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yin yoga, reiki & aromatherapy

Review: Yin Yoga, Reiki, & Aromatherapy

As I breathed into the second minute of the twist, I felt the stress of the day slowly melt away. The air rushing through my nostrils carried the scent of the essential oils we rubbed on our hands and feet at the beginning of our practice. The dimmed lights and the blankets only added to the aura of comfort that filled the room.

Earlier in the day, I had agreed to help my sister move into a new apartment. Hours of working around broken elevators, lifting dressers into moving trucks, and finagling couches through doorways left me drained. A small part of me regretted I had signed up to do yoga that night. I just wanted to go to sleep.

But when I passed the curtain and up the stairs to the yoga studio, I knew I was in the right place. After leaving my belongings in a cubby, I sat down on a perfectly positioned yoga mat near the front of the room. The owner of the mat politely informed me that I was supposed to get my own mat from the stack at the side of the room. Whoops! After a short laugh, I got myself together and waited for the class to begin.

The room was calm yet energized as Danielle Kurtz led us through a series of relaxing asanas. Yin yoga is a peaceful practice where poses are held for three to five minutes each. You enter a meditative state as your body begins to unwind.

Occasionally, Danielle or Hannah would come by and place their hands on us, transferring healing energy as we relaxed just a little more.

Finally, Danielle turned down the lights, and we entered a ten-minute Shavasana. Flirting with the edge of sleep, I was completely relaxed, breathing in the energy around me.

Somewhat reluctantly, I sat up for the final seconds of our practice. After a collective Namaste, I thanked Danielle and walked back down the stairs to the Seattle night. Thoughts of moving couches, beds, and dressers were far from my mind. I was entirely at peace.

Yin Yoga, Reiki, & Aromatherapy is hosted on a monthly basis at We Yoga Co. Check out upcoming dates and buy tickets here.


Michael Bjorn Huseby is a freelance writer specializing in health, wellness, and travel. He loves practicing yoga, writing music, and attempting to speak foreign languages. If you want to learn more, visit bjorn2write.com

Review: Thanksgiving Yoga With Jenny Rhodes

With dual intentions of awakening gratitude and earning my dinner, I made my way to Aditi Wellness Studio at 9:30 am on Thanksgiving morning. Jenny opened the door to the Wallingford Center with a warm smile—a nice contrast to the frigid morning air.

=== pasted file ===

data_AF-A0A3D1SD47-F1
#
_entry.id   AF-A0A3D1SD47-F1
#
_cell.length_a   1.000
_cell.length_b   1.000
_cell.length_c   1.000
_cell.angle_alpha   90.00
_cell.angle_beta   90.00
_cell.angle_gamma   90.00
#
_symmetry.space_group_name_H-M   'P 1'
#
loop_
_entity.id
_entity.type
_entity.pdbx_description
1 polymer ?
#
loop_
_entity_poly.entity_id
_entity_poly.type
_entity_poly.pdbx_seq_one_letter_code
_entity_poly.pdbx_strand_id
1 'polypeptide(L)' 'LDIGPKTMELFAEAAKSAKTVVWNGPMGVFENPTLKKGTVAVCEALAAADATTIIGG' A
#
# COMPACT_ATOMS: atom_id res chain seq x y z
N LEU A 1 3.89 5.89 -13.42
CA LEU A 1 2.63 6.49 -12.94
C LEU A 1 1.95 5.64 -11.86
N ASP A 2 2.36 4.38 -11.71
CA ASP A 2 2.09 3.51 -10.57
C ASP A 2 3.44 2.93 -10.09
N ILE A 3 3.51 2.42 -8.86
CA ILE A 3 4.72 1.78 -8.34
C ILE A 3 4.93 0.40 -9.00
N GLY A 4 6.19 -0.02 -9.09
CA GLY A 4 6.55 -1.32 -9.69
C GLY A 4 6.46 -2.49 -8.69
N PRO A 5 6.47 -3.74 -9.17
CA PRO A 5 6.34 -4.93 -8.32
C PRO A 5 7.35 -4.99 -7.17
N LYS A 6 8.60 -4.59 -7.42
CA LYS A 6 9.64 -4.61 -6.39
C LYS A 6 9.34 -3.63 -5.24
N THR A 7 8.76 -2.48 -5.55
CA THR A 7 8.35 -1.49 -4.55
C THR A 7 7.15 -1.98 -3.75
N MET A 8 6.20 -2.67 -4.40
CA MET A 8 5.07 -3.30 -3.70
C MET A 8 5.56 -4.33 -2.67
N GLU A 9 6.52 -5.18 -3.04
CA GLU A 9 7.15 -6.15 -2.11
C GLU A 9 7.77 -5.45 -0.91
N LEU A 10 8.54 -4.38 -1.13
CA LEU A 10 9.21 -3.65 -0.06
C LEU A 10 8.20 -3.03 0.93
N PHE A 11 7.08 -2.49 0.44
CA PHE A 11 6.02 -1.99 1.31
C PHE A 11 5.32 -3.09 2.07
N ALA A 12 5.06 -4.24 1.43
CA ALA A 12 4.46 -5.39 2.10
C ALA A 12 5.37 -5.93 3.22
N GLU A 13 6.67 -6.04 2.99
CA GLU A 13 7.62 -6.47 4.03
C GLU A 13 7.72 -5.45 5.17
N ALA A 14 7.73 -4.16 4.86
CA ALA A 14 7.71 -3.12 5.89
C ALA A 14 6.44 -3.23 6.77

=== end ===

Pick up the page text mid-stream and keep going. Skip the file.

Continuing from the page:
After reluctantly taking off my shoes and socks (I still hadn’t warmed all the way up), I staked out a spot in the cozy yoga studio. The ample windows and attractive hardwood created a beautiful environment for our practice. 

We began by passing around a vial of Bergamot essential oil. After rubbing our hands together, we massaged our hearts with our right hands, introducing ourselves to our neighbors. The room lit up with delightful energy. 

With the class settled in, Jenny led us as we sang a simple mantra evoking gratitude and bliss. Without even a hint of shyness, we all joined in enthusiastically, synchronizing our voices as we followed Jenny’s example. 

For the next hour and thirty minutes, we worked our way through side planks, crescent lunges, and active vinyasas. We were called back to gratitude throughout the practice, even while pushing ourselves in deep chair poses. 

After a challenging yet peaceful practice, we set ourselves up with two blocks and a bolster to recline in queen pose. As we relaxed into a peaceful Savasana, Jenny gently pulled back our shoulders and opened our hearts. 

After wiggling our fingers and toes, coming back to reality, we sat up and said farewell. I left feeling refreshed, energized, and grateful. We certainly earned our Thanksgiving dinner. 

Jenny’s class was taught at the Aditi Yoga & Bodywork Studio, at 1815 N 45th St Suite 205, Seattle, WA 98103. 


Michael Bjorn Huseby is a freelance writer specializing in health, wellness, and travel. He loves practicing yoga, writing music, and attempting to speak foreign languages. If you want to learn more, visit bjorn2write.com

Manizales

Mindfulness in Manizales, Colombia

Lessons Learned From Attempted Robberies, Graduation Parties, and Letting Go of Love 

If you’re anything like me, staying mindful sounds easy when you read it in a book. Of course you’ll slow down and take a deep breath when faced with a challenge. What else would you do? 

Well, the “what else” commonly involves panicking, ruminating, and watching your mind get out of control. When things get tough, staying mindful can be challenging. 

I’ve faced many such challenges over the last eight months. After selling all my furniture, quitting my job, and stuffing my life into a backpack, I’ve been living in Latin America since March. Most of my time has been in my new adopted home of Manizales, Colombia. 

In this article, I’ll bring you into a few of my more unusual Colombian experiences. I faced difficulties, but each hurdle came with a valuable lesson. 

March 15, 2019: The Colombian Graduation Party

colombian graduation

My very first Colombian Graduation

On my second full day in Colombia, I found myself at a graphic design student’s graduation. Specifically, I was one of three guests at the ceremony. Even more specifically, I was seated directly between the other two guests: the girl’s divorced parents. 

I was rather nervous. Sweating with impressive consistency, I attempted to make conversation. Back in March, my Spanish was pretty lackluster. Filled with anxiety, I didn’t know what to do.